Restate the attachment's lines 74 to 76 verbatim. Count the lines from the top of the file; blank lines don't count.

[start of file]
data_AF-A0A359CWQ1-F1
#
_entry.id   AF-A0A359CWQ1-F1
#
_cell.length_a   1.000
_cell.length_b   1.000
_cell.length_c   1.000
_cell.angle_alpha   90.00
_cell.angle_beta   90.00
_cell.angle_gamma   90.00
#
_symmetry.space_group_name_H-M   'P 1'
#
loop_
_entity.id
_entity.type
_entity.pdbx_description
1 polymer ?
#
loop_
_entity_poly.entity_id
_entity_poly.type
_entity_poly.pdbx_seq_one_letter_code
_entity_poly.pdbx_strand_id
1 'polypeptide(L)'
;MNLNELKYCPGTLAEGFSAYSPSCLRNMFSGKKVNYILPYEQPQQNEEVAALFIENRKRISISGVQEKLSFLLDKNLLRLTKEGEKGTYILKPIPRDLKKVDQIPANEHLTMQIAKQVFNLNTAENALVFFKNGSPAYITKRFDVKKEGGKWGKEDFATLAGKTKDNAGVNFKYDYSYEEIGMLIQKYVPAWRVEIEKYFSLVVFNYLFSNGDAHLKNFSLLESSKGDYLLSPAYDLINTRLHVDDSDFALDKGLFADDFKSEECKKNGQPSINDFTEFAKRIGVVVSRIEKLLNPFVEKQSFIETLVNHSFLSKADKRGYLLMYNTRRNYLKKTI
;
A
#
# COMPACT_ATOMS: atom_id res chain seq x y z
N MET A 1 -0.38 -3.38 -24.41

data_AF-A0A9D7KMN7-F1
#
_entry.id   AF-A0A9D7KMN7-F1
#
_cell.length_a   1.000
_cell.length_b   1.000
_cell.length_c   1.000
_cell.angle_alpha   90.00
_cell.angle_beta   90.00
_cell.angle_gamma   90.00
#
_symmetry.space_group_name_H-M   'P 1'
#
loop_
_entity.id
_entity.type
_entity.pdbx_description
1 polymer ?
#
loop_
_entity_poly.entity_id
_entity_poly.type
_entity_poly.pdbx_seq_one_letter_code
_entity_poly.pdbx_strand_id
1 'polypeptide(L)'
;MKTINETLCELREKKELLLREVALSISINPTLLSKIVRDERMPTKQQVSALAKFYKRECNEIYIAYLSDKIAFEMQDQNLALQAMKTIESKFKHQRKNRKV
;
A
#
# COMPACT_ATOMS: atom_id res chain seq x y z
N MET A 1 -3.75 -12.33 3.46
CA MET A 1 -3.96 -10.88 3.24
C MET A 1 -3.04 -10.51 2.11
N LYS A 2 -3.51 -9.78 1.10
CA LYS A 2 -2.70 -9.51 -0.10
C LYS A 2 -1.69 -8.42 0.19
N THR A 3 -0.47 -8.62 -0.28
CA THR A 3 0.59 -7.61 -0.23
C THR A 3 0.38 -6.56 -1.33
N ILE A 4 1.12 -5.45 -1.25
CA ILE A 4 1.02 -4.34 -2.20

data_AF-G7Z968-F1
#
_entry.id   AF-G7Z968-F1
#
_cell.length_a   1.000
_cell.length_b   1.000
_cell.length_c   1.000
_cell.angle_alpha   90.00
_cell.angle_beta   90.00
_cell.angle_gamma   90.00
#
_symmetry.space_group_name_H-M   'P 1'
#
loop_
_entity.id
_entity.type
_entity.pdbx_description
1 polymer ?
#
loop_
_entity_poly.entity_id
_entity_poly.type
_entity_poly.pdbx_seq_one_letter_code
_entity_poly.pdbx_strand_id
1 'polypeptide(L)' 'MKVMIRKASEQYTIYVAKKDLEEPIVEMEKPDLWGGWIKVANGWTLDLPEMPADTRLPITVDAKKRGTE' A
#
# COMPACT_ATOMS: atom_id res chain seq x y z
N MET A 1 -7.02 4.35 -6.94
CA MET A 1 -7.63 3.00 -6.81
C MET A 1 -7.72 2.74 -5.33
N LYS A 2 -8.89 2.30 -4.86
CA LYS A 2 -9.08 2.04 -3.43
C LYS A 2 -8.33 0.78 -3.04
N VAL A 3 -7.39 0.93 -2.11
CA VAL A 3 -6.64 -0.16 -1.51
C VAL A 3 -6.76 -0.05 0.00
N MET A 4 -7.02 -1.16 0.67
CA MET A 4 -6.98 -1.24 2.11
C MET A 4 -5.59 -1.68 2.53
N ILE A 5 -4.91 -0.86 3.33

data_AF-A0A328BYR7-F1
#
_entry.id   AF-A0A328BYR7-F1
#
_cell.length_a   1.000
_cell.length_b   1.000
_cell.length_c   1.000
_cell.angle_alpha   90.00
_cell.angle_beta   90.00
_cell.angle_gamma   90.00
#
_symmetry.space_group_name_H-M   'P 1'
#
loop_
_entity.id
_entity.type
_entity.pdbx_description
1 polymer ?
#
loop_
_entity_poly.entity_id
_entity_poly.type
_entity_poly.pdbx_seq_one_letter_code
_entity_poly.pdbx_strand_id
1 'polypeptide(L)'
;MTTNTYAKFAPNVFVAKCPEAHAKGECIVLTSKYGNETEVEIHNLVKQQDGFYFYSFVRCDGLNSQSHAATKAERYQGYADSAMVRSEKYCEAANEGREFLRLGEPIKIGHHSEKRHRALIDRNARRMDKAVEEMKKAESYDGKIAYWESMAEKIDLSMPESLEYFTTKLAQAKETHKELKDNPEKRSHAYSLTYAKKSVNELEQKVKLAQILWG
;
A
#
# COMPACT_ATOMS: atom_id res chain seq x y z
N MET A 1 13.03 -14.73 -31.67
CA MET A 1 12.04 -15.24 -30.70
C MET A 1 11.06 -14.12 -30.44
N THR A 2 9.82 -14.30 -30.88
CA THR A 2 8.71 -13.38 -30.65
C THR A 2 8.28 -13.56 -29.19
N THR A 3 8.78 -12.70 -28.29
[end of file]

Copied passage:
#
_entry.id   AF-G7Z968-F1
#